In the past weeks, we have grieved with millions of people in our community, nation, and world over the murders of George Floyd, Breonna Taylor, Tony McDade, Elijah McClain, and so many others at the hands of state-sanctioned, police violence. We continue to be inspired by the millions of people who are rising up together to contest police violence and earning substantial wins: the Minneapolis City Council voted to dismantle the police, Oakland and Madison schools voted unanimously to eliminate their police force, and the University of Minnesota cut ties with the police department. 

We are motivated by these wins and are pushing for them here at the University of Illinois. Last week, we delivered a letter to the U of I administration demanding the university divest from policing and invest those resources into our communities’ well-being.

Black, Indigenous, and brown students live under more strict policing and surveillance. As we highlight in our letter, more police patrol the spaces where we live and socialize, like the areas of campus with more affordable housing. None of us deserve to be hounded by the police. This constant patrolling tells us that our presence is unwelcome here unless we are watched. This echoes the overall environment the university has fostered that makes community members, especially those from Black and brown communities, feel unwelcome here.

Just as important, we have been demanding more services to meet our needs — in terms of our education and our overall well-being.

We want quality education on issues of racism and other forms of inequality. We want more Black and Indigenous faculty and faculty of color. We want all the non-police workers of the university to be paid well for their work. 


IMAGE: A bar graph showcasing UIUC Expenditures for Fiscal Year 2020.

Information from U of I's Fiscal Year Budget 2020. Image provided by the authors.
IMAGE: A bar graph showcasing UIUC Salary Disparaties for Fiscal Year 2020.
Information from U of I's Fiscal Year Budget 2020. Image provided by the authors.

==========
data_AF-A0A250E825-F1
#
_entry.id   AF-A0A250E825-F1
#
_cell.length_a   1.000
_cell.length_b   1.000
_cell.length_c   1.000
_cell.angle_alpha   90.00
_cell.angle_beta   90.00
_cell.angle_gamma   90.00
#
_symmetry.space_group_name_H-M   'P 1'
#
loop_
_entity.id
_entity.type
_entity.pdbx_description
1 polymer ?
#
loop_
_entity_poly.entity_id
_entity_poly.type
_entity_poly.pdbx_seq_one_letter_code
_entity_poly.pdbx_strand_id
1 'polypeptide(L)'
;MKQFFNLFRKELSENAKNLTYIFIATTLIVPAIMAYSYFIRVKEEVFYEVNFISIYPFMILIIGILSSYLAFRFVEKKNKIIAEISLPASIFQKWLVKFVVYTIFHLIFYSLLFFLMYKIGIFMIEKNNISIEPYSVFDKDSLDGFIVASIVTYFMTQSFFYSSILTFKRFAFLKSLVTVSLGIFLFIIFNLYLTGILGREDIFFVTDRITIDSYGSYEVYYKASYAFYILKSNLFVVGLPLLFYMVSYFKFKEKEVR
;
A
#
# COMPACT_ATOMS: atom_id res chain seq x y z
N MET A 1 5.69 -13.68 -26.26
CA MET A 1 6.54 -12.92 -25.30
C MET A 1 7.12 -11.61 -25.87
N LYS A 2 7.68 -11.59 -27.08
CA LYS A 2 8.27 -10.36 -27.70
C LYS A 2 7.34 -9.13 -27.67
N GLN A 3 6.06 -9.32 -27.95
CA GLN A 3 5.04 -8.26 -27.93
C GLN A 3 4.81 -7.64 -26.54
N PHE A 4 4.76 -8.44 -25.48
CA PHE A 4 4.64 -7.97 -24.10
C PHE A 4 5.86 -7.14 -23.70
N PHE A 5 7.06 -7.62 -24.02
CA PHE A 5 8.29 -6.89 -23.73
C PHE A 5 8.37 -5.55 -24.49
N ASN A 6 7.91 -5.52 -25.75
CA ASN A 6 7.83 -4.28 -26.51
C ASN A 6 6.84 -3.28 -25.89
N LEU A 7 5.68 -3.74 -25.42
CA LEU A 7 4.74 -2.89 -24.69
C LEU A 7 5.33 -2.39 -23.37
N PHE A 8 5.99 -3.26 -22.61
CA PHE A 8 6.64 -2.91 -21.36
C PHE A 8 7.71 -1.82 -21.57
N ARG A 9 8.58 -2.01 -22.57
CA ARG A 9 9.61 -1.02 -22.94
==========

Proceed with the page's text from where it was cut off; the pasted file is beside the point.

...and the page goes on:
We are shocked and furious that police officers, even rookies, get paid so much more than our teachers, counselors, advisors, and everyone else who actually contributes to our well-being. The university's recent hiring of Alice Cary as the new chief of police is just one example. She will make upwards of $180,000, if her predecessor's salary is any indication. We do not understand how the vast majority of our teachers get paid so little when our education is part of the university’s core mission. We see how these pay disparities reflect the university’s actual values, and how it values us as students. The university is ultimately more concerned with policing students than educating us.

We demand that the university invest in Black students. Echoing previous student demands, we support Project 1000, “a recruitment and retention program developed for and by Black students.” More than 50 years after launching Project 500, the university continues to barely reach the low goal of enrolling 500 Black students. We want the resources spent on policing Black students redirected to our education and empowerment, so that we can become leaders for our collective future. 

We have clamored for more investment in mental health and counseling services. It can take six weeks just to get an appointment, and we are encouraged to move to private practices, which many of us cannot afford, as soon as possible. These kinds of band-aid solutions cannot meet our needs. 

We keep hearing that the university values diversity and all of its students. But we do not see those principles in action. These empty statements read like a joke, especially now, since we are facing the deadly racism of the coronavirus pandemic and the deadly racism of police violence. 

We anticipate another empty response. In fact, some of us spoke at the university senate last week to raise these concerns directly to the Chancellor, but all of the people in power refused to hear us. It falls in line with previous efforts — like that to declare us a sanctuary campus. 

We will not accept an empty response. Our letter is just a first step. Alongside our peers at UI Chicago, we will keep fighting for the U of I to become a national leader in standing up for students. If the university truly values diversity and inclusion, it must divest from oppressive forces like the police and invest those resources in us and in Champaign-Urbana.

Sabrina Arte, Heather Aubry, Francesca Fox, Austin Hoffman, Rubab Hyder, and Shameem Razack contributed to this article.

Top image from U of I Police Department's website.